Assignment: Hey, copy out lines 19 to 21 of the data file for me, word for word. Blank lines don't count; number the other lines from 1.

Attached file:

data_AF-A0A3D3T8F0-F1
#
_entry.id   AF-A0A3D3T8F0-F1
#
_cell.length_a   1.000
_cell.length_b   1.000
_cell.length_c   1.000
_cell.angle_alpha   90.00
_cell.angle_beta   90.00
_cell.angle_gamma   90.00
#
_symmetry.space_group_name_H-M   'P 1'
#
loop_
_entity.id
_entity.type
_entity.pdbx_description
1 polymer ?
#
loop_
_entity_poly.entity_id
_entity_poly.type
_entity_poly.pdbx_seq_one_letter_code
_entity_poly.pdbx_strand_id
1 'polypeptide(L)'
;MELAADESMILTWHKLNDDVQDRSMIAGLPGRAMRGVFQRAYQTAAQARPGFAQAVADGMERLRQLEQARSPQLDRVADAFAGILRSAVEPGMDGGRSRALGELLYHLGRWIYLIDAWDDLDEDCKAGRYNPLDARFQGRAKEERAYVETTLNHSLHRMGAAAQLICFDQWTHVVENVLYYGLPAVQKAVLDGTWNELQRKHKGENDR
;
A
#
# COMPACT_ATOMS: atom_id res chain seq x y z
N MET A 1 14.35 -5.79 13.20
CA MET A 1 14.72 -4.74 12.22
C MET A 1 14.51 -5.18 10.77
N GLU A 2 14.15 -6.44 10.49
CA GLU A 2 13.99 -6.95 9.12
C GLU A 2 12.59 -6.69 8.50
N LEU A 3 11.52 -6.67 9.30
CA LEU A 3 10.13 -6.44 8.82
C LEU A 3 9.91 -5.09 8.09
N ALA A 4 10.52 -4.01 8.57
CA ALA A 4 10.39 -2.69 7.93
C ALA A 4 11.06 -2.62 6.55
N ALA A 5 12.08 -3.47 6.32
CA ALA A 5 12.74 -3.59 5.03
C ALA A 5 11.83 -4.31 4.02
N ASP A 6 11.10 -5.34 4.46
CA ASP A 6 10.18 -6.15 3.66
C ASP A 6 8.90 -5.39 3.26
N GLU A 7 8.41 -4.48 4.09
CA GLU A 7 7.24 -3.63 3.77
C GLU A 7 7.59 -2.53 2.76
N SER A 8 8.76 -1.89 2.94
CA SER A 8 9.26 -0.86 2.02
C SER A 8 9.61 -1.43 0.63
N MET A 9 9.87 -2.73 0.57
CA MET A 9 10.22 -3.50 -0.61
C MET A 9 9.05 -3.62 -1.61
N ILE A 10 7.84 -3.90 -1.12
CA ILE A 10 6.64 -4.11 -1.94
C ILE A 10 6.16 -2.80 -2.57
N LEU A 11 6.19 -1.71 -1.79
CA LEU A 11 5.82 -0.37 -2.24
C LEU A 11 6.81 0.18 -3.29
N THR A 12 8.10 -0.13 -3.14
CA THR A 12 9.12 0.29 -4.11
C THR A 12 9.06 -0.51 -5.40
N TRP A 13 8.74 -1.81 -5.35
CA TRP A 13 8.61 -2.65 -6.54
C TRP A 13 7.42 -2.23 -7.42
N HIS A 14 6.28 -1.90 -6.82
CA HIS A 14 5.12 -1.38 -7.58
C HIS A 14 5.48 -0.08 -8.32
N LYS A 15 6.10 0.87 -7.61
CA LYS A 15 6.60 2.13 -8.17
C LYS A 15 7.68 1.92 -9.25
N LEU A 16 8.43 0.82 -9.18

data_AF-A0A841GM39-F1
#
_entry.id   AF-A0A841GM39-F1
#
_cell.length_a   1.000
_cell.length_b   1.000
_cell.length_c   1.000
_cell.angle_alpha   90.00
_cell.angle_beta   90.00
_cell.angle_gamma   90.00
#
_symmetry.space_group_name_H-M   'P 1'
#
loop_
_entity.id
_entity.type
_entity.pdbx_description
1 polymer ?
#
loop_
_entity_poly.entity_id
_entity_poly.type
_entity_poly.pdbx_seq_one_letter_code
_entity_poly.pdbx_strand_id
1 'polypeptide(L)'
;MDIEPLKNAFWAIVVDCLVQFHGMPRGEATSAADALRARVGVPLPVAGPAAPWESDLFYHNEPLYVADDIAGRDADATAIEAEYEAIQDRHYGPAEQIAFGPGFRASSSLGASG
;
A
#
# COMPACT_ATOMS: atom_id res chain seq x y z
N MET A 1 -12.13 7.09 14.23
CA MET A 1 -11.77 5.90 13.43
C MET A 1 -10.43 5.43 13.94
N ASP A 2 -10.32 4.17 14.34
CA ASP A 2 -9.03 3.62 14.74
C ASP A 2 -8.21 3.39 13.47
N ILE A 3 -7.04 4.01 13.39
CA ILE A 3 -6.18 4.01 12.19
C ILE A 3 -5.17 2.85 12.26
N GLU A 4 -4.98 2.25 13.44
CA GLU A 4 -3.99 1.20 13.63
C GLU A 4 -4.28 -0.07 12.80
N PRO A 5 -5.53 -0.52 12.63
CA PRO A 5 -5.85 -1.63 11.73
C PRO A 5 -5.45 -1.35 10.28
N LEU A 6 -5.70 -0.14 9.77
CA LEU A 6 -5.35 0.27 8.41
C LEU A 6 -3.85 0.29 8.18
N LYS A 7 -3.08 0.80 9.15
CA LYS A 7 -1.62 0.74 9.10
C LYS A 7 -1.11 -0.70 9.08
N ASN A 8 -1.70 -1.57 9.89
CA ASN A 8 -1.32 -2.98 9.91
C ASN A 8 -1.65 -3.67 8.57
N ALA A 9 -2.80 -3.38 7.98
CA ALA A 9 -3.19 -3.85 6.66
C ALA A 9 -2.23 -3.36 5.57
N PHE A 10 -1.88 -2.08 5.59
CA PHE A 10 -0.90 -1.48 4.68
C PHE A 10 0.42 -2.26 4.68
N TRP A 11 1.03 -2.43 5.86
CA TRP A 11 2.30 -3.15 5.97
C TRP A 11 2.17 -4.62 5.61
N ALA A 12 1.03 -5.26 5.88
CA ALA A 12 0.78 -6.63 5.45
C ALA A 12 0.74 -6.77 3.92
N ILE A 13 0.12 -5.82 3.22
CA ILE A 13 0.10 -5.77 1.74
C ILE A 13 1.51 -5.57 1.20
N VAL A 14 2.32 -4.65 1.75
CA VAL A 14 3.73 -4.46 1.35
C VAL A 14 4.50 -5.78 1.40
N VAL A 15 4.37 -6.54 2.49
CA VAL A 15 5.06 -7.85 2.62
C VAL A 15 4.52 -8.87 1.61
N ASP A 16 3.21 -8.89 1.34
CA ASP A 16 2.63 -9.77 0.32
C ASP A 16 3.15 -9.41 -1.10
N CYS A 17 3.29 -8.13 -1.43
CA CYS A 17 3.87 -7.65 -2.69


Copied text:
#
loop_
_entity_poly.entity_id